18. Gabriel W (2005) How stress selects for reversible phenotypic plasticity. J Evol Biol 18:873–883CrossRefPubMedGoogle Scholar
  19. Glanville EJ, Seebacher F (2006) Compensation for environmental change by complementary shifts of thermal sensitivity and thermoregulatory behaviour in an ectotherm. J Exp Biol 209:4869–4877CrossRefPubMedGoogle Scholar
  20. Hammill E, Wilson RS, Johnston IA (2004) Sustained swimming performance and muscle structure are altered by thermal acclimation in male mosquitofish. J Therm Biol 29:251–257CrossRefGoogle Scholar
  21. Huey RB, Berrigan DA (2001) Temperature, demography, and ectotherm fitness. Am Nat 158:204–210CrossRefPubMedGoogle Scholar
  22. Huey RB, Berrigan D, Gilchrist GW, Herron JC (1999) Testing the adaptive significance of acclimation: a strong inference approach. Am Zool 39:323–336Google Scholar
  23. Johnson TP, Bennett AF (1995) The thermal acclimation of burst escape performance in fish: an integrated study of molecular and cellular physiology and organismal performance. J Exp Biol 198:2165–2175PubMedGoogle Scholar
  24. Johnston IA, Bennett AF (1996) Animals and temperature: phenotypic and evolutionary adaptation. Cambridge University Press, New YorkCrossRefGoogle Scholar
  25. Johnston K, Robson BJ (2009) Habitat use by five sympatric Australian freshwater crayfish species (Parastacidae). Freshw Biol 54:1629–1641CrossRefGoogle Scholar
  26. Morgan GJ (1991) The spiny freshwater crayfish of Queensland. Qld Nat 31:29–36Google Scholar
  27. Morgan GJ (1997) Freshwater crayfish of the genus Euastacus Clark (Decapoda: Parastacidae) from New South Whales, with a key to all species of the genus. Rec Aust Mus Suppl 23:1–110Google Scholar
  28. Morris S (2005) Respiratory and acid-base responses during migration and to exercise by the terrestrial crab Discoplax (cardisoma) hirtipes, with regard to season, humidity and behaviour. J Exp Biol 208:4333–4343CrossRefPubMedGoogle Scholar
  29. O’Steen S, Bennett AF (2003) Thermal acclimation effects differ between voluntary, maximum, and critical swimming velocities in two cyprinid fishes. Physiol Biochem Zool 76:484–496CrossRefPubMedGoogle Scholar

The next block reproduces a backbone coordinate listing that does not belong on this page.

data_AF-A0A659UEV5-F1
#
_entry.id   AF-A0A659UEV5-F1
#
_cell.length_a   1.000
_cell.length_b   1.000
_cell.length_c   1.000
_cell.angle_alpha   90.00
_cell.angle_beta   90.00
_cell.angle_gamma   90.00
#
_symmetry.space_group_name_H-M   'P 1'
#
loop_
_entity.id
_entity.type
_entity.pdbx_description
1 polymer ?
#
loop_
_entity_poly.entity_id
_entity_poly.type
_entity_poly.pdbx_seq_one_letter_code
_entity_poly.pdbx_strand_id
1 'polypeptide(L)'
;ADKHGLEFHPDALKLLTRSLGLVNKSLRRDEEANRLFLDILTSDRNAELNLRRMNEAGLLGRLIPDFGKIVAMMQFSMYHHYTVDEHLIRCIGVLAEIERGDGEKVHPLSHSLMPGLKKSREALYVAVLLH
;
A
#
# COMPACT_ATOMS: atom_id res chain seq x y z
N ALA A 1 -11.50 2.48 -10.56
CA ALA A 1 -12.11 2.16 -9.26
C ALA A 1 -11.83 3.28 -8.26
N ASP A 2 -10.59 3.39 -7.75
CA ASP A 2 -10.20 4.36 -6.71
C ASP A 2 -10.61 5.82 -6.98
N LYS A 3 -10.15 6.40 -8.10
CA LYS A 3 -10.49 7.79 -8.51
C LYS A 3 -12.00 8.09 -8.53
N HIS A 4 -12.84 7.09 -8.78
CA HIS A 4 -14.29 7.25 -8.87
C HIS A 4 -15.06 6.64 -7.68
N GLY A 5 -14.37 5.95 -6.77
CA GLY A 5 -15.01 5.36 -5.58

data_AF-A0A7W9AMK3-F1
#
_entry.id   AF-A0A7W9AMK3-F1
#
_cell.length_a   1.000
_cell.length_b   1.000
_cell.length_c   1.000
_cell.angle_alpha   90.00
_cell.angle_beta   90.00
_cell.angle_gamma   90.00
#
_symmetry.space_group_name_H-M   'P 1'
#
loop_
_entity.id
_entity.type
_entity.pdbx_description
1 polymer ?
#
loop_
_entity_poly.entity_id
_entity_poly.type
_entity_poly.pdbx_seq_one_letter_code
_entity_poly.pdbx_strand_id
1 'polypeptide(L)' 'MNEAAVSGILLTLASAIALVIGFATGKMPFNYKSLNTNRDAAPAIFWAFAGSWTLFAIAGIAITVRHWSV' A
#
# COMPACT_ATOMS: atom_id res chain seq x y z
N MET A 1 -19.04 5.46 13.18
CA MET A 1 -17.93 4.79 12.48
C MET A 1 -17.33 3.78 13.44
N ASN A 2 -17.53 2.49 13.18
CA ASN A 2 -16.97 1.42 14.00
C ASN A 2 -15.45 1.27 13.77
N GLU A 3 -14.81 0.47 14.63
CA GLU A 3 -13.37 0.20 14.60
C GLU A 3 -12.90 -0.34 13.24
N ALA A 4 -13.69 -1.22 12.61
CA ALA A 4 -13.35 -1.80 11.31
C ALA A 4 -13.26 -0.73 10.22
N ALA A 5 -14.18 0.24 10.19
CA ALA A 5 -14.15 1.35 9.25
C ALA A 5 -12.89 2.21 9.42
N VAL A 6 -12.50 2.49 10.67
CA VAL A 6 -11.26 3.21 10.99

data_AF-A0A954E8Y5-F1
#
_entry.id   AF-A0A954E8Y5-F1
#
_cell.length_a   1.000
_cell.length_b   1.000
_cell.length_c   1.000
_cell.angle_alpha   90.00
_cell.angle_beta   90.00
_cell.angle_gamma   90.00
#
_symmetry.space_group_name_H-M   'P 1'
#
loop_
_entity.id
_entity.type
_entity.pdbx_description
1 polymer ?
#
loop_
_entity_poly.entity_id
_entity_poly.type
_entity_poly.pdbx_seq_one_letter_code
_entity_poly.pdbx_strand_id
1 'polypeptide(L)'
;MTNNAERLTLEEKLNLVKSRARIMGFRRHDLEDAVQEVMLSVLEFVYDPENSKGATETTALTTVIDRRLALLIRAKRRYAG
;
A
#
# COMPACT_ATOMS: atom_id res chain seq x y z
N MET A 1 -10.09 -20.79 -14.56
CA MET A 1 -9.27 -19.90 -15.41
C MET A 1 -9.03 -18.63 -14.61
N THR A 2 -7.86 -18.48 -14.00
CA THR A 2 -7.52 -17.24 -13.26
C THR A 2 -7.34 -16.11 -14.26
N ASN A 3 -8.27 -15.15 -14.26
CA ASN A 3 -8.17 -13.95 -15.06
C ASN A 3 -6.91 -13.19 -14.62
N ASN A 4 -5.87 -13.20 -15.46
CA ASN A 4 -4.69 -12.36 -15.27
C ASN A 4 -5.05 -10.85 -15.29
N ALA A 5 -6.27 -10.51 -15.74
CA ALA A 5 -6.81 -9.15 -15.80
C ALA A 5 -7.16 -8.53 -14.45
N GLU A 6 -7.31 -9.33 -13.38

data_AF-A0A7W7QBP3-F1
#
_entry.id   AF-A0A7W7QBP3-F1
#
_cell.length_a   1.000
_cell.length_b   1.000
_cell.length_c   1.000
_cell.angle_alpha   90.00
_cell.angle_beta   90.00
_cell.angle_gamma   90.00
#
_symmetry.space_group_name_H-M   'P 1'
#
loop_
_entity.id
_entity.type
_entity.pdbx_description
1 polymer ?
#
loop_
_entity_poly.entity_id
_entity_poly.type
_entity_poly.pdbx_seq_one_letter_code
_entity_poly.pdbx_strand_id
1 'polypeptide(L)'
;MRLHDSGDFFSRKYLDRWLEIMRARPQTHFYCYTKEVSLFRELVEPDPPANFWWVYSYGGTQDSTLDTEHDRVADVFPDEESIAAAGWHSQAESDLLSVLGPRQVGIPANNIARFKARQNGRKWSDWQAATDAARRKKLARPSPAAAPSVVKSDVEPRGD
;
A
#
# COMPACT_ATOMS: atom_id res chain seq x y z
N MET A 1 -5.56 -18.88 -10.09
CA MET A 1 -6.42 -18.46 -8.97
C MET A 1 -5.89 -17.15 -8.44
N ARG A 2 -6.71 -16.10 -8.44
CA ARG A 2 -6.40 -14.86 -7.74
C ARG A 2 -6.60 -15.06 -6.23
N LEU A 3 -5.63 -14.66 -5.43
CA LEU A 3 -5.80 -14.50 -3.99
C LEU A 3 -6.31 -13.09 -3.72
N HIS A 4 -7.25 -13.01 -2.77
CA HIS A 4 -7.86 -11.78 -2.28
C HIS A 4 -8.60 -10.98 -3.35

30. Ponniah M, Hughes JM (2004) The evolution of Queensland spiny mountain crayfish of the genus Euastacus. I. Testing vicariance and dispersal with interspecific mitochondrial DNA. Evolution 58:1073–1085PubMedGoogle Scholar
  31. Riek EF (1951) The freshwater crayfish (Family Parastacidae) of Queensland. Records of the Australian Museum 22:368–388Google Scholar
  32. Schauble CS, Grigg GC (1998) Thermal ecology of the Australian agamid Pogona barbata. Oecologia 114:461–470CrossRefGoogle Scholar
  33. Seebacher F (2009) Responses to temperature variation: integration of thermoregulation and metabolism in vertebrates. J Exp Biol 212:2885–2891CrossRefPubMedGoogle Scholar
  34. Seebacher F, Grigg GC (2001) Changes in heart rate are important for thermoregulation in the varanid lizard Varanus varius. J Comp Physiol B Biochem Syst Environ Physiol 171:395–400CrossRefGoogle Scholar
  35. Seebacher F, Wilson RS (2006) Fighting fit: thermal plasticity of metabolic function and fighting success in the crayfish Cherax destructor. Funct Ecol 20:1045–1053CrossRefGoogle Scholar
  36. Seebacher F, Wilson RS (2007) Individual recognition in crayfish (Cherax dispar): the roles of strength and experience in deciding aggressive encounters. Biol Lett 3:471–474CrossRefPubMedGoogle Scholar
  37. Sneddon LU, Huntingford FA, Taylor AC, Orr JF (2000) Weapon strength and competitive success in the fights of shore crabs (Carcinus maenas). J Zool 250:397–403CrossRefGoogle Scholar
  38. Wilson RS, Franklin CE (1999) Thermal acclimation of locomotor performance in tadpoles of the frog Limnodynastes peronii. J Comp Physiol B 169:445–451CrossRefPubMedGoogle Scholar
  39. Wilson RS, Franklin CE (2000) Inability of adult Limnodynastes peronii (Amphibia: Anura) to thermally acclimate locomotor performance. Comp Biochem Physiol A 127:21–28Google Scholar
  40. Wilson RS, Franklin CE (2002) Testing the beneficial acclimation hypothesis. Trends Ecol Evol 17:66–70CrossRefGoogle Scholar
  41. Wilson RS, James RS, Johnston IA (2000) Thermal acclimation of locomotor performance in tadpoles and adults of the aquatic frog Xenopus laevis. J Comp Physiol B 170:117–124CrossRefPubMedGoogle Scholar
  42. Wilson RS, Angilletta MJ, James RS, Navas C, Seebacher F (2007a) Dishonest signals of strength in male slender crayfish (Cherax dispar) during agonistic interactions. Am Nat 170:284–291CrossRefPubMedGoogle Scholar
  43. Wilson RS, Hammill E, Johnston IA (2007b) Competition moderates the benefits of thermal acclimation to reproductive performance in male eastern mosquitofish. Proc R Soc Lond Ser B 274:1199–1204CrossRefGoogle Scholar
  44. Wood CM, Boutilier RG, Randall DJ (1986) The physiology of dehydration stress in the land crab, Cardisoma carnifex: respiration, ionoregulation, acid–base balance and nitrogenous waste excretion. J Exp Biol 126:271–296Google Scholar

Copyright information

© Springer-Verlag 2010

Authors and Affiliations

  • Katrin Lowe
    • 1
  • Sean FitzGibbon
    • 1
  • Frank Seebacher
    • 2
  • Robbie S. Wilson
    • 1
  1. 1.School of Biological SciencesThe University of QueenslandSt LuciaAustralia
  2. 2.School of Biological SciencesUniversity of SydneySydneyAustralia

Personalised recommendations